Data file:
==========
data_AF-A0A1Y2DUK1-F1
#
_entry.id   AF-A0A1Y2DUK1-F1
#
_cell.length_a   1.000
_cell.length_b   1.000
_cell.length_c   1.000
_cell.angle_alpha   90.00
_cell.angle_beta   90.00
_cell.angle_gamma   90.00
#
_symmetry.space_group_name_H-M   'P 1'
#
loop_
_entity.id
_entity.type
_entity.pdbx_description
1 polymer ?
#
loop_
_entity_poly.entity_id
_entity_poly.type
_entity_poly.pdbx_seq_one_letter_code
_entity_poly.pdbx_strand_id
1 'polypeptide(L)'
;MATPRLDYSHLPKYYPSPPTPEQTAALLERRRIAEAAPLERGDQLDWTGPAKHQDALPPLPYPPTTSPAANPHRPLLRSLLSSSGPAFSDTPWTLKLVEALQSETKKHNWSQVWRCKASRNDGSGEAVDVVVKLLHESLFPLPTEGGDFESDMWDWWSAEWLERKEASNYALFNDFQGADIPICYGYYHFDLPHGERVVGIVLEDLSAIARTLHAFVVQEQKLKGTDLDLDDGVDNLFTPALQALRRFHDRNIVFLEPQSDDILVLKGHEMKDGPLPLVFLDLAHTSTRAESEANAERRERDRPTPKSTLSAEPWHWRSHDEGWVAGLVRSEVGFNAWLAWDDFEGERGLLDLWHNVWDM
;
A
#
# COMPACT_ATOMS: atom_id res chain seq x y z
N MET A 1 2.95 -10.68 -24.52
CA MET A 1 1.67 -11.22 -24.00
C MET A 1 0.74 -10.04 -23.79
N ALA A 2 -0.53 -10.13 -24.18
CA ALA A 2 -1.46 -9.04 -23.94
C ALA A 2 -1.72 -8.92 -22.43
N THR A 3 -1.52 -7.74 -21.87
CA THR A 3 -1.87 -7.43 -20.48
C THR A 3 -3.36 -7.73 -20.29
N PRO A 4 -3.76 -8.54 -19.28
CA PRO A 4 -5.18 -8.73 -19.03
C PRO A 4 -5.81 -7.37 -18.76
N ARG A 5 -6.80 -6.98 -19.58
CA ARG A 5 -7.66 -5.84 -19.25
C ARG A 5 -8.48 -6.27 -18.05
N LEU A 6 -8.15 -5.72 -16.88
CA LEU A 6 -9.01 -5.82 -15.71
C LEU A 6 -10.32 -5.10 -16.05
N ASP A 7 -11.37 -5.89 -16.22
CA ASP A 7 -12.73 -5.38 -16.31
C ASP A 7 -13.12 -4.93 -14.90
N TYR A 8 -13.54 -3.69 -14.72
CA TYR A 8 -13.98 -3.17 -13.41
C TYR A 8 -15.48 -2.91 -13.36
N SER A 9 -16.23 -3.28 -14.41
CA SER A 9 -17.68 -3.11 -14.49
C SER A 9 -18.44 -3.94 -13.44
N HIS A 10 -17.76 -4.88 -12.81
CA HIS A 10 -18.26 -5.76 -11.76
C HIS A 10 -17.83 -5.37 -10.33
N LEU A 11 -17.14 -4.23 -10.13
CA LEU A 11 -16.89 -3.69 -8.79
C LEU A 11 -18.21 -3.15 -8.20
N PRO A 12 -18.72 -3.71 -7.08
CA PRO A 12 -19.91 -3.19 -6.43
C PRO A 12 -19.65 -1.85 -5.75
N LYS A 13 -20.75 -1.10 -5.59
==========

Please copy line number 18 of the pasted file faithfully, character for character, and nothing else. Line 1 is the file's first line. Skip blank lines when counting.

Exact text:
1 polymer ?